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Where can I find individual coverage health insurance?

single woman seeks individual health insurance coverageTrying to understand the U.S. health insurance industry is one of the most complicated things the average American can do. There are so many different terms, options, and rules and regulations as to make it nearly impossible for the layman to really know what health insurance is all about. A common question asked by many uninsured individuals illustrates this concept perfectly. That question goes something like, “Where can I find individual coverage health insurance?”

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The question we posed in the previous paragraph seems straightforward. However, right off the top we have confusion because of a definition of terms. Most people outside of the industry would consider individual coverage health insurance to mean a policy that covers an individual worker and not his family. Under such a definition, the answer becomes simple: get your health insurance through your employer.

However, to those within the industry, individual coverage health insurance is less about whom a policy covers and more about how the subscriber purchases that policy. Essentially, an individual coverage policy is one that a consumer purchases by himself, without going through a larger group such as:

  • An employer
  • Trade group
  • Credit union
  • Alumni association

Under this definition, the question about where you would find such policies becomes more complicated simply because there are so many options.

If my employer doesn’t offer insurance, where can I get it?

In spring of 2009, a Consumer Reportshealth insurance investigation revealed that approximately 14,000 individuals lose their employer-based health insurance every day. Some of those losses were due to businesses closing or being unable to continue to afford health insurance coverage, but most were due simply to employee layoffs. When an individual finds himself in such circumstances, he has at several different options available, some of which are more expensive than others.

The first option is for the individual to continue paying for his current policy on his own, using what’s known as the COBRA plan. The COBRA plan is a federally mandated plan, which allows individuals to carry on with their own insurance for a limited amount of time while they search for a new job.

Unfortunately, this is the most expensive option, which could actually cost you up to 102% of the value of the plan in annual premium payments. In other words, you may have to pay every penny of your premiums plus an additional 2% for administrative costs. More information about COBRA can be found on the Department of Labor website.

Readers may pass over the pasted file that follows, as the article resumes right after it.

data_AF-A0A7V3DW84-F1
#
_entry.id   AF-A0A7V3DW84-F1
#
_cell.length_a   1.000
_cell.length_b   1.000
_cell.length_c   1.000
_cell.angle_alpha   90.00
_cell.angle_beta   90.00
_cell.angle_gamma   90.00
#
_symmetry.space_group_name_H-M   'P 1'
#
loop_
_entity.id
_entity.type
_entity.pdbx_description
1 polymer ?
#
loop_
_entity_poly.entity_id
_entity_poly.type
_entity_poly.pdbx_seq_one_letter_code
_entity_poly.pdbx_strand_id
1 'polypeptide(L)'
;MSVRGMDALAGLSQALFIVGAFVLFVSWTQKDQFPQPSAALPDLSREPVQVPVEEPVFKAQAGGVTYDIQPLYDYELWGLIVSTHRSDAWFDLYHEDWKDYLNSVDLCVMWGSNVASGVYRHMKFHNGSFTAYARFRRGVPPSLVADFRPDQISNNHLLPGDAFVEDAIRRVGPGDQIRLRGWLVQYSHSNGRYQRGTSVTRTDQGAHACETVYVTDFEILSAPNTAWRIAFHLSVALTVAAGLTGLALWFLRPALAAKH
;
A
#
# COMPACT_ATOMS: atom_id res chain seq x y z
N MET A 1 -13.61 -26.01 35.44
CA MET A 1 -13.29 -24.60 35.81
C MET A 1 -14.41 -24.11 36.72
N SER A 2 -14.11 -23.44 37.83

A less expensive option would be to purchase an individual policy from a local HMO or a national or regional PPO, or a major medical policy from a company like Blue Cross and Blue Shield. All of these options have different costs associated with them depending on the type of coverage you need.

Why do individual policies provide less coverage than group policies?

If you’ve ever tried to get an individual health insurance policy you know that coverage is generally significantly, less than what you may have gotten through an employer-based plan. The reason for this lies simply in the idea of strength in numbers. The plan provided by an employer takes advantage of a large group of individuals all pooling financial resources in terms of premiums. More members in the group means more coverage can be provided for the same amount of money.

When you purchase an individual policy on your own, you are effectively the only person in your group. Therefore, you won’t be eligible for as much coverage at the same dollar amount. You can purchase additional coverage you might need by applying for what are known as “riders.”

Are there any groups I could get a better deal with?

If you’re self-employed, you might be able to access group health insurance through your local chamber of commerce or a relevant trade group. Their group policies are generally comparable to other large employer groups in your area. If neither of those possibilities is available, you can look at the alumni association where you went to college, a local credit union that might offer group insurance, or any other number of sources you can find. Unfortunately, your search isn’t going to be easy.

If all else fails you may qualify for government subsidized health insurance depending on your income levels. Several programs exist at the federal, state, and local levels. To find out more information about your options you can check with your state insurance department or your local social services department.

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